Whenever you release a song now, you must check with your distributor on how you can choose the 30 sec sample that DSPs use. This is crucial. You are going to want to find the 15 seconds or less of your song that you think could really go viral. Is it a lyric that describes something everyone does or goes through? Is it a weird vocalization that someone could make funny faces to? Is it a part that could easily become a dance? Pick this part, because this is what people will actually be using when they choose the “sound” for their TikTok, and it’s nearly impossible to change after it’s ingested.

Get familiar with how “Sounds” work. Find a favorite TikTok, click on the bottom sound. That will take you to a page that shows all the videos using that sound. If you’ve never made a TikTok, click in the bottom center on the app, and you will see right at the top “Add Sound” which opens up a Search, Discovery, and Favorites. You’ll see all the sounds you are familiar with. But, in the search, look for your song, and that is how you add it. This will ensure it gets counted because it is tied to the file provided by your distributor.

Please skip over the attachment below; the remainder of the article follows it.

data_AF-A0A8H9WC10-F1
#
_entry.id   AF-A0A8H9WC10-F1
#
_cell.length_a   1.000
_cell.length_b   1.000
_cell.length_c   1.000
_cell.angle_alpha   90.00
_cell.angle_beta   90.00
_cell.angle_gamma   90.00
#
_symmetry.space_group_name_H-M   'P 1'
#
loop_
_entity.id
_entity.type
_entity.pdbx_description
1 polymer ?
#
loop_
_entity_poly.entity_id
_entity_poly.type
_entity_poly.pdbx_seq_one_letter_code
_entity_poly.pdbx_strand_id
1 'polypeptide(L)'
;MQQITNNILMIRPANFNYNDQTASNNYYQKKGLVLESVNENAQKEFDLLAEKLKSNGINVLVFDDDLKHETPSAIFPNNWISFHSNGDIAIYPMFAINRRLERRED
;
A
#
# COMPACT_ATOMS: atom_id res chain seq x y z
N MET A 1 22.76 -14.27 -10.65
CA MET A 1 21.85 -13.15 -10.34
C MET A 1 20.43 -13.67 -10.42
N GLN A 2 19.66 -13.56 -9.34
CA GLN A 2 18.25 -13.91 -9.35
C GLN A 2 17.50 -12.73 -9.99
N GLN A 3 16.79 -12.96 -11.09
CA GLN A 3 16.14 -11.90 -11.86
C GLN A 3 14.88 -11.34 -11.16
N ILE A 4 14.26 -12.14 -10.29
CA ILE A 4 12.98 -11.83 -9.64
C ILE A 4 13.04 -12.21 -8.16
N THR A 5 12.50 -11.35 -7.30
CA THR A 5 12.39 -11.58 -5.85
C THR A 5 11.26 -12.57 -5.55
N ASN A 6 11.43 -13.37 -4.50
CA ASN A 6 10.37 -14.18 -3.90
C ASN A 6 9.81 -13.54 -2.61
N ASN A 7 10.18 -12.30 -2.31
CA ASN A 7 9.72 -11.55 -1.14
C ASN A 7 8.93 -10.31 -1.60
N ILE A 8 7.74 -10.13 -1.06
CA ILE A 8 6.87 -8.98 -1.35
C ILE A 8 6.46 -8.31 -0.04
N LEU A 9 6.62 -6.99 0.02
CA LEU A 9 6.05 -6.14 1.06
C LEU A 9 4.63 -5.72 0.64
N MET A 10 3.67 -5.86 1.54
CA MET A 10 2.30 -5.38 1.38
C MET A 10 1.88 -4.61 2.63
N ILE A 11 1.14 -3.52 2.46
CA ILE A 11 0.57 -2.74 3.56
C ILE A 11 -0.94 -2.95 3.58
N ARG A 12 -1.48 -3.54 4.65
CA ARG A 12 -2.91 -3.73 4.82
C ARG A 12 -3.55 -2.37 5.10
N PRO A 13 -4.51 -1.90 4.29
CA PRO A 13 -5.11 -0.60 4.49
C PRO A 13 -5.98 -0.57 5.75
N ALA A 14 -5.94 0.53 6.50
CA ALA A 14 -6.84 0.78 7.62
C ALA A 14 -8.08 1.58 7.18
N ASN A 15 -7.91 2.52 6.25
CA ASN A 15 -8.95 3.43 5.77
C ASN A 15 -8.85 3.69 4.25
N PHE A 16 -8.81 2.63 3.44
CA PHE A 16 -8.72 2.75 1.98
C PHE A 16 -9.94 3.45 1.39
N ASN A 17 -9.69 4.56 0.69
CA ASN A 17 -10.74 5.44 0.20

TikTok is really authentic, and for the most part, surprisingly nice and friendly. It’s important to understand that. If you are just promoting your music and don’t really interact with others, or worse, don’t understand and participate in the other trends, you are going to fail. We see it time and again.

Some hints on picking parts of songs. Lyrics that match physical parts work really well. Lyrics that talk about who you are, what you like, where you’re from, or describing someone else. Lyrics that talk about getting fucked up really work well. Lots of drunks and stoners on TikTok. Weird sounding vocals- high pitched voices, bad singing – are everywhere. It’s sad, but it’s true.

The key to any virality on TikTok is not just sharing, but stealing, or interpreting. It’s when other people use your sound and do their own video of it. They have more followers than you, then their followers have more than them, and that’s how it happens. This is why “Challenges” work. Because the original video may not even have that many views, but it will be tied to the original audio when someone clicks on the “sound” to use it, and bam, another view and so on, and so on. So, if you’re going to survive and thrive on TikTok, it’s not like the other social media channels, you actually have to care and be there.